The last time we were at Dino, they were playing angsty ballads from the 90’s, and at least one employee knew every lyric. That’s the vibe of this place. It’s a little neighborhood Italian spot with a cozy, minimalist dining room, and it’s perfect for a low-key date night. Prices are also pretty reasonable, especially when you factor in the very decent portion sizes. A bowl of pasta here will put you to sleep, and if you like simple things, we suggest the spaghetti limone.
If someone asks you on a date in Clinton Hill, you’re probably going to Sisters. It’s a restaurant/bar, and it might be the best-looking place in the neighborhood. There’s also plenty of room (with a second bar in back), and they do lunch, brunch, and dinner. Although if you don’t want to eat a full meal, you can always just have a snack or sit at the bar and stick to drinks. Essentially, this is a bar with some food that’s actually good - and that’s why someone will invite you here one day to ask you what your favorite move is.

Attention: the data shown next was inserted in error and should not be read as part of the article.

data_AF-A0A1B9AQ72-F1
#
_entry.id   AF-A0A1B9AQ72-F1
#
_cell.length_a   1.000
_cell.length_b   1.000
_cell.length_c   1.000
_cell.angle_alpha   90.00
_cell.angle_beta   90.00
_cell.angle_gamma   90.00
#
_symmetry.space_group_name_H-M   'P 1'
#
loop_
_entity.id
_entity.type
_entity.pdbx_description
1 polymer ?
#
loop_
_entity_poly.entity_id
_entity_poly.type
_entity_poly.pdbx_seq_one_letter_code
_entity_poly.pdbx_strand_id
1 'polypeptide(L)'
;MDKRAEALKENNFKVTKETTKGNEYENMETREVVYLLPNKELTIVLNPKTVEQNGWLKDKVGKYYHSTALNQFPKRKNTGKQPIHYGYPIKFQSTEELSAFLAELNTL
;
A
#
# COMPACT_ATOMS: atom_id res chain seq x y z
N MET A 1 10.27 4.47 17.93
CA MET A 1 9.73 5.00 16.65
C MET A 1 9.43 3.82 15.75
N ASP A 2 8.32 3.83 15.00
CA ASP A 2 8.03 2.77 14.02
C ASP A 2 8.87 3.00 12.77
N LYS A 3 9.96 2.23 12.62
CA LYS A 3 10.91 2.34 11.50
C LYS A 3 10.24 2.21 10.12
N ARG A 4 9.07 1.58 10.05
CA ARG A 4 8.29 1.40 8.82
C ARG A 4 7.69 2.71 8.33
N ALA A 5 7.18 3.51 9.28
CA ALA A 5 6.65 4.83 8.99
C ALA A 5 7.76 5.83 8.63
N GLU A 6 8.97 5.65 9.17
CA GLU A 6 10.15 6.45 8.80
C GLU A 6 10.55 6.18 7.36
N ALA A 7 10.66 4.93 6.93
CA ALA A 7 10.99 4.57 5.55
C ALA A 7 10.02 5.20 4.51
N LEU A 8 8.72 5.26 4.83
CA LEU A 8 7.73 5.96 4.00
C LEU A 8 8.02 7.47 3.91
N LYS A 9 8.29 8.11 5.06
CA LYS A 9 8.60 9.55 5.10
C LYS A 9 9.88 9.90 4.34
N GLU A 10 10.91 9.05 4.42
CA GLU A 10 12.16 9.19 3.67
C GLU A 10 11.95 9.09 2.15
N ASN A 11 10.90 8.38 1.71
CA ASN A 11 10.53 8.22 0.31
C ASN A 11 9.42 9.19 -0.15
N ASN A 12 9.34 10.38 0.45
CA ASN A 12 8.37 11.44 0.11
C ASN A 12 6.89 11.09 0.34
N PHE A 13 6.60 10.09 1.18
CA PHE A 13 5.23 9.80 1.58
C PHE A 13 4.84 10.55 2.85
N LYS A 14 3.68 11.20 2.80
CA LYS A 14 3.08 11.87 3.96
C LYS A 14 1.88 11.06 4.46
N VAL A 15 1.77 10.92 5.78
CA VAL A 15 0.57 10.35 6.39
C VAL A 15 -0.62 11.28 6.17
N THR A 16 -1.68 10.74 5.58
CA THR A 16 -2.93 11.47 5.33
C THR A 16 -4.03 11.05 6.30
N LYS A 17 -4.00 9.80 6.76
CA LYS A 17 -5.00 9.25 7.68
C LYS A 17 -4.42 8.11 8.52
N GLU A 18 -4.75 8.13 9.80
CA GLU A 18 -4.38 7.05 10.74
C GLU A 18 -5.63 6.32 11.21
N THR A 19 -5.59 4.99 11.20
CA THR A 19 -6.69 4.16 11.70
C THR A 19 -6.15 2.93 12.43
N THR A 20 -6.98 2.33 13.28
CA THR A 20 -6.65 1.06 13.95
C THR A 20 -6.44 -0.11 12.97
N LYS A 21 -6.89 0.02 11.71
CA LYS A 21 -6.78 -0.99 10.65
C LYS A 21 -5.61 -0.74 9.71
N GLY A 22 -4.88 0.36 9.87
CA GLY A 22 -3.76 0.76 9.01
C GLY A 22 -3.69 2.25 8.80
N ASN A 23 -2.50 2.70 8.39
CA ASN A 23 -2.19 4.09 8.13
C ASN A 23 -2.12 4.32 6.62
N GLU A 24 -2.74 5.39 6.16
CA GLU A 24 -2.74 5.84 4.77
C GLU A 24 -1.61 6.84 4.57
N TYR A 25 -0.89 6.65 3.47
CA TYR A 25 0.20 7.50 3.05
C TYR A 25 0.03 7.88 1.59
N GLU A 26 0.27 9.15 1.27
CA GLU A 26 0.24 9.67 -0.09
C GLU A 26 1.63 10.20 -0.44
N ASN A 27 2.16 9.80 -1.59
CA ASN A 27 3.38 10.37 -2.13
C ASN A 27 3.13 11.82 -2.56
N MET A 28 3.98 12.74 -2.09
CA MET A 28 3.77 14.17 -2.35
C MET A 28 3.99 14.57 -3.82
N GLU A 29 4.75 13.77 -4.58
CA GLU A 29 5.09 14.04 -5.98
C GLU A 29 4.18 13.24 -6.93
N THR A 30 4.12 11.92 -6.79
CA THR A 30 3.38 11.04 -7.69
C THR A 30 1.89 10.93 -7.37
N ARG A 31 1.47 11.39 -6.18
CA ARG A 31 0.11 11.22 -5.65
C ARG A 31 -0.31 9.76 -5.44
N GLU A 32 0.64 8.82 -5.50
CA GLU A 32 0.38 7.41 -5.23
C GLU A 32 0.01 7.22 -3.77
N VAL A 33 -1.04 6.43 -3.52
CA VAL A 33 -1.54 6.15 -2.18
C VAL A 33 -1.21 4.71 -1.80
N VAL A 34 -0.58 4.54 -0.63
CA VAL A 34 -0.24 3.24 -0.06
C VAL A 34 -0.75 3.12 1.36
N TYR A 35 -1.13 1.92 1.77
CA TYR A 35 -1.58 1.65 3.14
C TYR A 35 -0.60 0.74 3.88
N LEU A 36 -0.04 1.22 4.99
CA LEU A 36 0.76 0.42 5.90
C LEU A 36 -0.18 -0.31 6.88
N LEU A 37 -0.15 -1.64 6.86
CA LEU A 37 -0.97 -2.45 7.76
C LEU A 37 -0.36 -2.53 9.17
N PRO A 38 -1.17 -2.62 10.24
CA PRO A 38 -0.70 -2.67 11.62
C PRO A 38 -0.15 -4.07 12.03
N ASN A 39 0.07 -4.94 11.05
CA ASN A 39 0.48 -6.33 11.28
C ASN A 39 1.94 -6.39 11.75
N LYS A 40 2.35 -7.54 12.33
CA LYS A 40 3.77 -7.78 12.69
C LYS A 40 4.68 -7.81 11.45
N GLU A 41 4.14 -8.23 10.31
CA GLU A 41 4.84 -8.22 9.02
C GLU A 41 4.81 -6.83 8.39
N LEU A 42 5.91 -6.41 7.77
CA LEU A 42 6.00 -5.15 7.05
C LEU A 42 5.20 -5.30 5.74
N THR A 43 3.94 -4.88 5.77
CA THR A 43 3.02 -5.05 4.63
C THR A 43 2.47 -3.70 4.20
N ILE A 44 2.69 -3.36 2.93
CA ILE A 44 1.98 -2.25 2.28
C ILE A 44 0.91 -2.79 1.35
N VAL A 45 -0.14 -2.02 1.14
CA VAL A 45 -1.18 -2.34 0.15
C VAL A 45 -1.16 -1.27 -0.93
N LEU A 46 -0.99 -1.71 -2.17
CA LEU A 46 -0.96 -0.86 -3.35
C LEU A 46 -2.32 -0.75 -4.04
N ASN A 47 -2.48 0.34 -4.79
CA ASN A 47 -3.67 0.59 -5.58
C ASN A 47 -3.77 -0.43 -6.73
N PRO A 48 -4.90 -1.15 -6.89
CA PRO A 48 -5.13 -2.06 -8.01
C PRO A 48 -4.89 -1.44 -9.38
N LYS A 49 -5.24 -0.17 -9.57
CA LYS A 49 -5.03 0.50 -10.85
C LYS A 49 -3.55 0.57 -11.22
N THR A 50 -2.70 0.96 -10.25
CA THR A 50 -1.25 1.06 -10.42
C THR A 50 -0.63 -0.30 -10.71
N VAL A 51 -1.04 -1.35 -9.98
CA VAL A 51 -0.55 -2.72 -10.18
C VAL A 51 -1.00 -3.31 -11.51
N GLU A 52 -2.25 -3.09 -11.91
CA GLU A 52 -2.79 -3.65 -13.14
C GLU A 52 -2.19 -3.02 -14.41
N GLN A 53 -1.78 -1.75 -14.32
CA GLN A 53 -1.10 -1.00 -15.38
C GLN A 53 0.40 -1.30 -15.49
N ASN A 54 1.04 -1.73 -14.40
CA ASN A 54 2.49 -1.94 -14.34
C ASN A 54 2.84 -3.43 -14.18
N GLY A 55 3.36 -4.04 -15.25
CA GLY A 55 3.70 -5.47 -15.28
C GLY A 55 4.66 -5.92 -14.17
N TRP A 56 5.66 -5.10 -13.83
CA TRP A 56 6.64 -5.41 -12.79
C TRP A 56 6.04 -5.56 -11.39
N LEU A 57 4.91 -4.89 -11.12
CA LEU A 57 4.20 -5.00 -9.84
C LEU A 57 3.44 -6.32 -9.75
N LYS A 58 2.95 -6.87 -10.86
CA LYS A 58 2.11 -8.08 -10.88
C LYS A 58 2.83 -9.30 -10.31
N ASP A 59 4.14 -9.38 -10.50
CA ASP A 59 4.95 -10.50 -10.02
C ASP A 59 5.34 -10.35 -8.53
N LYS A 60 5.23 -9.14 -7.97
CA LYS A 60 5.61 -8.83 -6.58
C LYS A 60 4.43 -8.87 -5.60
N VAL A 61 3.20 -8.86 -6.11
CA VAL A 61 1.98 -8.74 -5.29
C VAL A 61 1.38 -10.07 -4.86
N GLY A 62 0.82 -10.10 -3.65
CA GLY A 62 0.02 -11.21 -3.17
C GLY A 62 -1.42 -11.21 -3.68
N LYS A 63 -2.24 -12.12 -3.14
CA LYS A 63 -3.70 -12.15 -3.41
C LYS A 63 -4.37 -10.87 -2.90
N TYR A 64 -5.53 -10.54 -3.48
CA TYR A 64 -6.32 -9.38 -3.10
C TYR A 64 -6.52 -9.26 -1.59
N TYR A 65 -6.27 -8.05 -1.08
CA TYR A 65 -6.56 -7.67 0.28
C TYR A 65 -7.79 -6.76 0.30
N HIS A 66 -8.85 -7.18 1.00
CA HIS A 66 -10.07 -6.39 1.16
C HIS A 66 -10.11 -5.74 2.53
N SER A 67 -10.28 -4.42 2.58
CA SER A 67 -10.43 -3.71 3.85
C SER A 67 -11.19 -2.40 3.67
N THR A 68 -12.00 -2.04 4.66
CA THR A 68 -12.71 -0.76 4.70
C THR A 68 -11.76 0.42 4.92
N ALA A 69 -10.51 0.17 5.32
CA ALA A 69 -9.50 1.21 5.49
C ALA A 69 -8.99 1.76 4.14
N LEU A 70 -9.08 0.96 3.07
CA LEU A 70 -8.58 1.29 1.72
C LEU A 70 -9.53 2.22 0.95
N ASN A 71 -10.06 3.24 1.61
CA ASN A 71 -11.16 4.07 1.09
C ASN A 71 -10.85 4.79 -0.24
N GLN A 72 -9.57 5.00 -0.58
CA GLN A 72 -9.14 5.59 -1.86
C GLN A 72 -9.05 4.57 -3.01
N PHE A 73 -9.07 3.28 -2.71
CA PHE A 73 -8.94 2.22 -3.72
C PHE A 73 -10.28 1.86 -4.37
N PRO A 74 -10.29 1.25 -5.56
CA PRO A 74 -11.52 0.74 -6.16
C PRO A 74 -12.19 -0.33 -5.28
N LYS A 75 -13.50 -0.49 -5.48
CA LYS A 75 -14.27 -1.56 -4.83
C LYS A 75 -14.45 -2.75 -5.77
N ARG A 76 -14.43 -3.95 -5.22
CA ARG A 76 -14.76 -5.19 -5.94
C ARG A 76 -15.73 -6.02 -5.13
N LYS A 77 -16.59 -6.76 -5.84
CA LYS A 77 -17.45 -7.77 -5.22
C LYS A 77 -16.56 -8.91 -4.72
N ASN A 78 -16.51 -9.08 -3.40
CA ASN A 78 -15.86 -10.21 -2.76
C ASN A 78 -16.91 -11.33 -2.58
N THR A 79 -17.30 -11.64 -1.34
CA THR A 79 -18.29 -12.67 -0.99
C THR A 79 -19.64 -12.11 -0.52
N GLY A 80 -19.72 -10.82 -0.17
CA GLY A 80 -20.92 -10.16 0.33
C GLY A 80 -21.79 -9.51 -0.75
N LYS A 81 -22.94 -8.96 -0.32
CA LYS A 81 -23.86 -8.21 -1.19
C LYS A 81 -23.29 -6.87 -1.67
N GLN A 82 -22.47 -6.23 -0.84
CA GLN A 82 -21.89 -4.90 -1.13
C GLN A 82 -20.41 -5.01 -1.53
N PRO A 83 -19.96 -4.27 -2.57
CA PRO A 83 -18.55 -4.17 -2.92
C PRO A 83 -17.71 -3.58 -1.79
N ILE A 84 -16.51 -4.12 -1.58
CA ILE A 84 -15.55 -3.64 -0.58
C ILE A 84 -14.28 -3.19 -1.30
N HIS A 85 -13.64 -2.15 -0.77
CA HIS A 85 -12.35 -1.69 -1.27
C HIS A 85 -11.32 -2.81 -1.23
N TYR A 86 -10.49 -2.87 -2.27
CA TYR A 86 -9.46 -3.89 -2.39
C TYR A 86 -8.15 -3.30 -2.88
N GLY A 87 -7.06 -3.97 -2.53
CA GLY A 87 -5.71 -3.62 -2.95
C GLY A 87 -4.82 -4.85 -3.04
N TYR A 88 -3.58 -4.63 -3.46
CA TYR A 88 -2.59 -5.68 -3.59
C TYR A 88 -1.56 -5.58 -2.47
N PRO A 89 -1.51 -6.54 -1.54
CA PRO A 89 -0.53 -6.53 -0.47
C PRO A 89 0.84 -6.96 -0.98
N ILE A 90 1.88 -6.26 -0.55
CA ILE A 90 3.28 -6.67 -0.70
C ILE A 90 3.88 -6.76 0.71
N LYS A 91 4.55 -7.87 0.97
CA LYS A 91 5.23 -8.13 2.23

The Market feels like a nice, modern coffee shop. One that happens to serve rice bowls and noodles and also has a little booth up front where a woman makes dumplings from scratch. Order at the counter, then find a seat and hang out as long as you want. It’s perfect for quick lunch, and it’s your best option in the area for dumplings so fresh you can watch their replacement being made.